Take the 2-minute tour ×
Stack Overflow is a question and answer site for professional and enthusiast programmers. It's 100% free, no registration required.

I have a backend that handles requests to a database. My apps do not talk directly to the database for security reasons.

How would I make sure that only my apps talk to the backend on my server? I do not want other people querying my backend and try to access data. I only want my apps, that I build, to talk to it. Do I add something like Oauth or use certs?

What is the best way for iOS apps (or any apps in general) do talk to a backend?

share|improve this question

3 Answers 3

In Applicasa every app has its "space" So only your apps talk to the DB (each one to its own space) www.applicasa.com

share|improve this answer

You're asking how an application installed on an iOS device can authenticate itself against your server.

How do you identify your users?

If you can identify your users, the program could on the first start connect to your server, provide username/pass and get "secret" token. With this token, it can access the backend. You can store that token or not.

If you provide any kind of key in your app, it will be identical to every installation and easy to fetch from the app.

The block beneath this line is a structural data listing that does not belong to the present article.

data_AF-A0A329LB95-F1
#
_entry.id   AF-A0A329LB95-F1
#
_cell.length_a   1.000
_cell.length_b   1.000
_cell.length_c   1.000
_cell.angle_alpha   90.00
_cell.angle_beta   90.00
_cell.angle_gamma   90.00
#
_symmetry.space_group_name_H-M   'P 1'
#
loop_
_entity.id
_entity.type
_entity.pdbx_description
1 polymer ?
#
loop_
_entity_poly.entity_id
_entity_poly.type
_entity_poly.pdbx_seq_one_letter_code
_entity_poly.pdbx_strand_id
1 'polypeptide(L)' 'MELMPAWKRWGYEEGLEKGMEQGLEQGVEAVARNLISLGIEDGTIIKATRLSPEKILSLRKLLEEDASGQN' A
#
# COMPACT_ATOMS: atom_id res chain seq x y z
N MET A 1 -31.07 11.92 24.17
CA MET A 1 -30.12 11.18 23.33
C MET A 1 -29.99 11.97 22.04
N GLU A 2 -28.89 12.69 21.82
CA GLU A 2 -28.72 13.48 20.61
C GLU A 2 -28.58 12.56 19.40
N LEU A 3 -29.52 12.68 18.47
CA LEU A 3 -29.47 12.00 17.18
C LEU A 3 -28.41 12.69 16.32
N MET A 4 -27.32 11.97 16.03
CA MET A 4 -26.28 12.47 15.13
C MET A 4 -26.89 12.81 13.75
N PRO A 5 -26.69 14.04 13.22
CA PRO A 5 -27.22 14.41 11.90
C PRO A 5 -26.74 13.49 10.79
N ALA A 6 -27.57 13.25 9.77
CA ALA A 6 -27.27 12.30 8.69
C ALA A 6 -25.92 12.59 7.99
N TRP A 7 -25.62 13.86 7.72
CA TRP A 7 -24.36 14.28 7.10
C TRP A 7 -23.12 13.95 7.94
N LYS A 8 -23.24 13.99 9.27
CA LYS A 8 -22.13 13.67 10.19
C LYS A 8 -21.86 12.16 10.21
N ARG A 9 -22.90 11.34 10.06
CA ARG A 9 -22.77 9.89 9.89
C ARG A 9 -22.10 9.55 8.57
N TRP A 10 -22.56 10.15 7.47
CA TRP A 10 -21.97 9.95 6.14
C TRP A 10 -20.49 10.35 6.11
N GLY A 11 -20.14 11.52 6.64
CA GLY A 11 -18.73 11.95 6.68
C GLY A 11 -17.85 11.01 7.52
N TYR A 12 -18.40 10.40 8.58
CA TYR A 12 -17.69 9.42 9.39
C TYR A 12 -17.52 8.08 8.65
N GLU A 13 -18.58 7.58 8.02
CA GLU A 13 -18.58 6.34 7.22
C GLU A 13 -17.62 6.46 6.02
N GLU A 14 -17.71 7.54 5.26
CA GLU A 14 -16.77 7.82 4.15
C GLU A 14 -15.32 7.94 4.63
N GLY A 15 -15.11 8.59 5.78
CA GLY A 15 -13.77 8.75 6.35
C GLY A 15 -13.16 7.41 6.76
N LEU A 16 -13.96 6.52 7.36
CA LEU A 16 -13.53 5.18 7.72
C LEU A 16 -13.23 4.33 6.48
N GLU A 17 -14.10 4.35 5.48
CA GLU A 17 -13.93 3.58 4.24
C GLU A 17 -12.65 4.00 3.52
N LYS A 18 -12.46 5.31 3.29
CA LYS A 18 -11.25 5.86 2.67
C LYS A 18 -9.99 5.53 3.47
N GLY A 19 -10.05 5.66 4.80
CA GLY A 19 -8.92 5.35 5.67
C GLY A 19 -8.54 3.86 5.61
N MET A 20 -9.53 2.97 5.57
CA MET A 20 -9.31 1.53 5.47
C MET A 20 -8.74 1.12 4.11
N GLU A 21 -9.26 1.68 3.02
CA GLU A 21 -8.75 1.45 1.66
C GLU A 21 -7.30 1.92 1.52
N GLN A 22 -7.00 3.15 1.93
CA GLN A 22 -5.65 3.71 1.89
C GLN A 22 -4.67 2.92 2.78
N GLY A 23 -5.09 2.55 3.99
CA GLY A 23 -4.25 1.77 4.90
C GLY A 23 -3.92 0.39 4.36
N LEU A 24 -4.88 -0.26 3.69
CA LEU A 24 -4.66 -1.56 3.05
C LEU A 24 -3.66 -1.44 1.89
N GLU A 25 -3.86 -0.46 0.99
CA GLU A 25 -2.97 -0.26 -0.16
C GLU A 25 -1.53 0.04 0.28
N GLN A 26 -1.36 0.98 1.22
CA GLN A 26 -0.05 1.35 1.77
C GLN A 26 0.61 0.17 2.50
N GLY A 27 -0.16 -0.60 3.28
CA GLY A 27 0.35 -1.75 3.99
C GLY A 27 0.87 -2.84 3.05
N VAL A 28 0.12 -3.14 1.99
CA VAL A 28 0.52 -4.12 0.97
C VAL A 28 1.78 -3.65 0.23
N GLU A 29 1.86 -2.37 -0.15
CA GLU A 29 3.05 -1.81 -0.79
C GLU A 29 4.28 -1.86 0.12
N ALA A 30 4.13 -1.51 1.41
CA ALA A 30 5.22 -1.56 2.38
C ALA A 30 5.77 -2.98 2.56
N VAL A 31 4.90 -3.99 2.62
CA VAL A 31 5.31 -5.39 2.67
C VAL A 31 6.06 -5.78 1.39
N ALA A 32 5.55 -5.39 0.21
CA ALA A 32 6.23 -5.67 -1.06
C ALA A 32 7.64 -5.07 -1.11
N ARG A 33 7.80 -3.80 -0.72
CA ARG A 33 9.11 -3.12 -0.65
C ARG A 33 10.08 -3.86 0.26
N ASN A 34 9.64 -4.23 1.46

share|improve this answer
    
What do you mean by users? Some apps will not have users, it will be for storing analytics or other data so I am looking for a more generic way of protecting the backend. I have though about using a token for communication back and forth but then anyone could just request a token. –  Mike007 Sep 22 '11 at 16:12

You can use an authorization mechanism such as OAuth. Or you can build your own. It can be as simple as having a secret token/key. And you can keep it just as simple or you can start making it more complex (i.e. generating hashes with the token and the parameters in order to not send the token itself but a hash calculated with the token and the request parameters, etc).

However there is no way to keep the api tokens secret. Because an attacker can decompile your app, introspect the code and find your api key. You could check some http headers but faking the request headers is super simple. So you cannot guarantee that the requests are made from the iOS device.

It would be great if Apple provided a way to store something during the installation process that is signed with your developer certificate or something like that so you can keep something actually secret you can trust in the iOS device. But in the end someone would just sniff the network traffic to crack your authorization system.

So you can do things very complex but you cannot guarantee that the requests are always made from your device.

share|improve this answer

Your Answer

 
discard

By posting your answer, you agree to the privacy policy and terms of service.

Not the answer you're looking for? Browse other questions tagged or ask your own question.